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Chloroquine

MagazineJanuary 1996 (Vol. 6 Issue 10)Chloroquine

A subscriber's fears for her daughter alerted us to chloroquine, which is being prescribed to increasing numbers of travellers who return from further flung holidays with malaria

A subscriber's fears for her daughter alerted us to chloroquine, which is being prescribed to increasing numbers of travellers who return from further flung holidays with malaria. The daughter had recently suffered a fainting fit while on a course of

As the long list of reactions to chloroquine includes convulsive seizures, we guessed the drug had a part to play. Other common reactions other than death, which we're coming on to include irreversible eye damage, nerve deafness including tinnitus, anorexia, skin eruptions (and will worsen any psoriasis) and hair loss.

Chloroquine is marketed in the UK as Nivaquine by Rhone-Poulenc, and as Avloclor by ICI; in the US, it is available as Aralen Phosphate from Sanofi-Winthrop, and as Chloroquine Phosphate tablets by Biocraft.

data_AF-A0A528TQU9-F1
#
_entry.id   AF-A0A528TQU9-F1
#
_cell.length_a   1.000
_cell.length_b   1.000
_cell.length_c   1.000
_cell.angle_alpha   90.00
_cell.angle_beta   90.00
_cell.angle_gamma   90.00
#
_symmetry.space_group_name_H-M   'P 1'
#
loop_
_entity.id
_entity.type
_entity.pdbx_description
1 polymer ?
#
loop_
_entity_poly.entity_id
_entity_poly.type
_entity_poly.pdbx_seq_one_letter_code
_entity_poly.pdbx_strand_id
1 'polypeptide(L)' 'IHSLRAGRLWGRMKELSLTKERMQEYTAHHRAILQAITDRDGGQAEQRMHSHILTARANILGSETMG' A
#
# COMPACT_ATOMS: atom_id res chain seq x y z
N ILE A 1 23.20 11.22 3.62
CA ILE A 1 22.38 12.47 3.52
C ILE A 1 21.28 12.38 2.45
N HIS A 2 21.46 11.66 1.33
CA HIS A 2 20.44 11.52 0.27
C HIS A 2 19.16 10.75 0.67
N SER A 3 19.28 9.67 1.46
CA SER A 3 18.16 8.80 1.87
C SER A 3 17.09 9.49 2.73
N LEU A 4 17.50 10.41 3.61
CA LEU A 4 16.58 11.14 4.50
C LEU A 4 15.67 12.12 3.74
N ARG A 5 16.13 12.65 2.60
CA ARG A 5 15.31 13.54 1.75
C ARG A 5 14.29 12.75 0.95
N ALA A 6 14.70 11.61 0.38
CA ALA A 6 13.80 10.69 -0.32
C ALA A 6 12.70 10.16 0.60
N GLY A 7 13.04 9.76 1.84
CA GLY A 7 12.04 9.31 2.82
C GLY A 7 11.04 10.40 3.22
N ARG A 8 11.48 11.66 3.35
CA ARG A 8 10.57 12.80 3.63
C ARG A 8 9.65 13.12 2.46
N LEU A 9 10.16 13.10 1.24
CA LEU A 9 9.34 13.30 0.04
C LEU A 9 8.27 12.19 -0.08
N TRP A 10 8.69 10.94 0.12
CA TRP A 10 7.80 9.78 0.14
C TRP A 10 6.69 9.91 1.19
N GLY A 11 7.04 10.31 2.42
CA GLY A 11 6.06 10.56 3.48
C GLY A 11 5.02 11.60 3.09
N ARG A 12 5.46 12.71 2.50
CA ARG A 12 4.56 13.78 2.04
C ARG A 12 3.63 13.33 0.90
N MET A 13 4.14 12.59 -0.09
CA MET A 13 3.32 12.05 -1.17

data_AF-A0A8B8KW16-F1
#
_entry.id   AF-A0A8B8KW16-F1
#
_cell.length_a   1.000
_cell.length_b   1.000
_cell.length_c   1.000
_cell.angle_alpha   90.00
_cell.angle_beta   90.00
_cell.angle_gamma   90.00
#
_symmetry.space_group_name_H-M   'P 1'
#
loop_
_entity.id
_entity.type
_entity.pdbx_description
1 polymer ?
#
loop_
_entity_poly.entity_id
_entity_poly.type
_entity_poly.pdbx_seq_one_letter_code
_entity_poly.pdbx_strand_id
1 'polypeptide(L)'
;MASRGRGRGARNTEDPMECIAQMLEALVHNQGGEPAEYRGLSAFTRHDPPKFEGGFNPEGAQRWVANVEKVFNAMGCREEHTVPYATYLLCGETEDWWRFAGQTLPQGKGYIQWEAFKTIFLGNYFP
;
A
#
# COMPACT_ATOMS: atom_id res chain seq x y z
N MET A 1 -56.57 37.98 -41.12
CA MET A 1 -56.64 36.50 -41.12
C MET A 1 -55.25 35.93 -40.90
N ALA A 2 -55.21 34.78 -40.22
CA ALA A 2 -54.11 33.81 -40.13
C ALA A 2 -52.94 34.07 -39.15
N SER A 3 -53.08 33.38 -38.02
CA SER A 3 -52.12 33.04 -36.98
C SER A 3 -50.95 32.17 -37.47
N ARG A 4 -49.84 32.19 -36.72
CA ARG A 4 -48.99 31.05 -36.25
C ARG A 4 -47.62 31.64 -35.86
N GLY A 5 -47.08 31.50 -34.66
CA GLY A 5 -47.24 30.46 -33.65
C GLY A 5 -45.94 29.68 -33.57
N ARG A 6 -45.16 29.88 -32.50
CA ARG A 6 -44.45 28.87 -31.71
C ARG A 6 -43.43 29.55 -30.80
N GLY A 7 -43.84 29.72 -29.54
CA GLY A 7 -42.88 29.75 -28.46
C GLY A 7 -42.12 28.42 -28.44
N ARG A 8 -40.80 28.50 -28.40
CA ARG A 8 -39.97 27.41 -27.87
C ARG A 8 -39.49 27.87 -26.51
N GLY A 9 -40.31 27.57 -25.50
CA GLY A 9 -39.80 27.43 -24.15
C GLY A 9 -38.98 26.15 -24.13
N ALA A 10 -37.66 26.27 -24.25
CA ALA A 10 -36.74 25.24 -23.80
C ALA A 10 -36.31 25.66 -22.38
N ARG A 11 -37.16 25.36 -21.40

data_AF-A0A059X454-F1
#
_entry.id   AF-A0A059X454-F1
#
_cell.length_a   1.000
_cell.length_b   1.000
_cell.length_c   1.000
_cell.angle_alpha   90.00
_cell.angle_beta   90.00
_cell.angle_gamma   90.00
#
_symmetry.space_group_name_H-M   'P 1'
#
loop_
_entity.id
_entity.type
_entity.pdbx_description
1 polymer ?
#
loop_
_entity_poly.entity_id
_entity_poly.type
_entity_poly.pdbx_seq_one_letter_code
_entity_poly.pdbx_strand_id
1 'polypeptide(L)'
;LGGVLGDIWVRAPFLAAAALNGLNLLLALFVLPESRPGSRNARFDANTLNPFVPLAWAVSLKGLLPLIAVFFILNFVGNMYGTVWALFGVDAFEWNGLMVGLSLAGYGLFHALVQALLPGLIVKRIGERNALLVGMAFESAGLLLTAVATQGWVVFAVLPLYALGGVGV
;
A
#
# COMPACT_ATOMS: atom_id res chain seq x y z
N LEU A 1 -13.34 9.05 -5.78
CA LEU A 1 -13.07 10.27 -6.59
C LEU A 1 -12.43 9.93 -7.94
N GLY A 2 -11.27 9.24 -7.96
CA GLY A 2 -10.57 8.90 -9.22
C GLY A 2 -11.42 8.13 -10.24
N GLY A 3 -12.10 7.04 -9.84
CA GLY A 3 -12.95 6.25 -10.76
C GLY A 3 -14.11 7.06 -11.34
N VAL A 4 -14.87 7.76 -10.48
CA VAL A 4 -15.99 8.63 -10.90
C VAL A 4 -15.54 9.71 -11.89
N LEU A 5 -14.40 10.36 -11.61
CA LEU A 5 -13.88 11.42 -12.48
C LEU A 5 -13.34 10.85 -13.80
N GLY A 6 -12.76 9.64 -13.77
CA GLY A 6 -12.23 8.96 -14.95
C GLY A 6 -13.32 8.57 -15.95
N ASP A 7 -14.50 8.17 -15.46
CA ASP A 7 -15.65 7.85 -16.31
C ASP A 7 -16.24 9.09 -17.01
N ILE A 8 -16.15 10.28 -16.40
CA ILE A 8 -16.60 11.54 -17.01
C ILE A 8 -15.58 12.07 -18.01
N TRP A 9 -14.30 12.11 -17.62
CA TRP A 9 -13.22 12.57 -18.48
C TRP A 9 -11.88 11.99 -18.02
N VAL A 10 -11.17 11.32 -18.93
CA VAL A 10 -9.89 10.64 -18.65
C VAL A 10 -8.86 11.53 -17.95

Chloroquine is not a drug that should be taken lightly, and your own background and health should be carefully considered before it is prescribed. For the physician, it really is a careful balance between risk and reward.

A number of people have died while on the drug, even when relatively low amounts are taken. One child of three died after being given 0.75 gm of the drug.

Equally worrying are reports that the drug is no longer effective against some strains of malaria, which have become resistant to it, so your doctor may be inclined to increase the recommended dose which, in an adult, is 500 mg once a week.

An early warning sign of a serious adverse reaction is a weakening of the muscles which should be reported straight away. The treatment should be stopped immediately.


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